Turk & Bennie: Two great ones

Published 11:03 pm Tuesday, January 18, 2022

Billy Joel once sang “Only The Good Die Young.” But he was wrong.

In a span of less than a week, two sports fans who were often side-by-side at a ball game are now side-by-side as they sit at the pearly gates.

Charles Donohue and Ralph Blankenship died the first week of January. Doesn’t sound familiar? OK, it was Turk and Bennie.

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Oh, yeah, I know them.

Both were big Ironton Fighting Tiger fans, but they were also St. Joseph Flyer fans. And Cincinnati Reds, and Cleveland Browns. Well, you get the picture.

Many a time Turk would call me to ask about something he had heard and wanted the “inside scoop.” And he’d always ask me, “How are the Tigers going to be this year?” or “How are the Dutch going to do?” The Dutch meaning the Flyers who were originally called The Flying Dutchmen of which Turk was familiar since he  was a 1958 graduate of St. Joseph.

Turk also liked to flash that famous smile and crack a joke. He told me once, “You probably think I’m smart ass. Well, you’re right,” and then just chuckled.

And then there was Bennie who in his retirement used to man the desk at Tri-State Rehab and Fitness in Ironton and he would immediately strike up a conversation about sports when you walked through the door.

But both were more than just fans. They were members of the Tiger Clan and were always looking to help. Bennie was also a member of the V.F.W. honor guard and was part of the ceremony for former military members. I remember him at the gravesite of my father who was a former Marine and served in the Korean War.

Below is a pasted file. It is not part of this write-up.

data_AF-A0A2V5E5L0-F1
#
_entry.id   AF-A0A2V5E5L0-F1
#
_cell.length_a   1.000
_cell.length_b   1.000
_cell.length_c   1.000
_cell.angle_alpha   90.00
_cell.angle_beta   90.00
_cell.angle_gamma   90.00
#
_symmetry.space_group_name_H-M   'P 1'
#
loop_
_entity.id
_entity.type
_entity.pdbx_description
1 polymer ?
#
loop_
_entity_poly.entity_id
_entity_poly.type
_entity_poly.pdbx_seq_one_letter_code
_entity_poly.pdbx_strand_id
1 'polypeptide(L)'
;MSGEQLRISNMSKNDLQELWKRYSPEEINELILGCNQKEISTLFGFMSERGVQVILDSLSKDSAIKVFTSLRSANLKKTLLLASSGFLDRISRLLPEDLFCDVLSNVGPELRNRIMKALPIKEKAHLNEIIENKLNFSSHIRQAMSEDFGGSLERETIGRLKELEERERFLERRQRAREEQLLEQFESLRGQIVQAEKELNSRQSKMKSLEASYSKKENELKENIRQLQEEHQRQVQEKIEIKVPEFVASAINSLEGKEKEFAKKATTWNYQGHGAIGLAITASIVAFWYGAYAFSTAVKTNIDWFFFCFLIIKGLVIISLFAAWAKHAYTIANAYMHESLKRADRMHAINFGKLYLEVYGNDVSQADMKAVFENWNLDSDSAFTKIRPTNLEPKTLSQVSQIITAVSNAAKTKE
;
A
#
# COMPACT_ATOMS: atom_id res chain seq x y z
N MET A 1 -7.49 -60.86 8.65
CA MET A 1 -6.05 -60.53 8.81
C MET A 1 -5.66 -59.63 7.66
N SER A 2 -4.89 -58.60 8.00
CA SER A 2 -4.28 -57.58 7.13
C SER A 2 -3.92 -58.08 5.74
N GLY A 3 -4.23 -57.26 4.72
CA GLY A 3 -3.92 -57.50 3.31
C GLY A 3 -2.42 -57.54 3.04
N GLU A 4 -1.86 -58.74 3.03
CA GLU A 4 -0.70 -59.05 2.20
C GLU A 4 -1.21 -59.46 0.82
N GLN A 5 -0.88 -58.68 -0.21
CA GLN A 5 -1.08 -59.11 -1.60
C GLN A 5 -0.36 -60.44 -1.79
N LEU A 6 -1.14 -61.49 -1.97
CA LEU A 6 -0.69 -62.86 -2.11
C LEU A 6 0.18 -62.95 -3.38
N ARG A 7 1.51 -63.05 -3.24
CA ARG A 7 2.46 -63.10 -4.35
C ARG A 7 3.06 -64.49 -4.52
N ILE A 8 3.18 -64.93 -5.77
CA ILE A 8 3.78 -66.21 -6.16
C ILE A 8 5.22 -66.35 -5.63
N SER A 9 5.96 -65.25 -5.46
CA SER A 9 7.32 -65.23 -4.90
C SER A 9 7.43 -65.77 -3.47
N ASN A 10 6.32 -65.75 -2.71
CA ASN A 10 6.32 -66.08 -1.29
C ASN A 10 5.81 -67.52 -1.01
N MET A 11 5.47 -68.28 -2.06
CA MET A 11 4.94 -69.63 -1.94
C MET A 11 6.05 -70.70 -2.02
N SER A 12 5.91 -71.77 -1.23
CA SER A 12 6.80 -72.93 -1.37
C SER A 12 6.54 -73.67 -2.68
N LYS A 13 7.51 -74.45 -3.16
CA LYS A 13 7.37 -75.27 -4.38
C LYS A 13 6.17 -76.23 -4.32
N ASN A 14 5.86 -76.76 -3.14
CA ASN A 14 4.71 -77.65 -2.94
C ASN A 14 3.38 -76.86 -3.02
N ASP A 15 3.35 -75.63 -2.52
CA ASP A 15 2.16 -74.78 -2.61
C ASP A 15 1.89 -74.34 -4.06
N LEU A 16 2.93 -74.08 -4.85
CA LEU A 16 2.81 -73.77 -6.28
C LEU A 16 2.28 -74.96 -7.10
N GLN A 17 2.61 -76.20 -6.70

“Those two guys were big Tiger fans and they did a lot of things to help when they could,” said Mike Burcham, the Hall of Fame athletic director at Ironton as well as head baseball and assistant football coach.

“When the field used to be grass and we’d be out there painting it on a Friday morning, they’d show up to help.”

Blankenship was also a member of the Ironton chain gang for nearly three decades of Ironton football games.

Last Sunday Kay Blankenship, Bennie’s wife, was in the couple’s usual seat for the 9 a.m. Mass and I told her afterwards that Bennie was a great guy and “he was always good to talk to.”

Kay grinned and jokingly said, “Well, sometimes.”

Kay and Bennie spent 60 years together watching their children and grandchildren and hundreds of other children play ball at the local schools.

Bennie and Turk had a great appreciation for good players regardless of the team they represented and often would go to the Ohio University Convocation Center just to watch the basketball tournament games.

And complain about the officials, but that goes with the territory for about everyone.

Turk was 81 and Bennie 85 and both just great guys who will be missed. I know I will.

So, maybe Billy Joel was right. Maybe only the good die young. But the great ones stick around for quite some time.


Jim Walker is sports editor emeritus of The Ironton Tribune.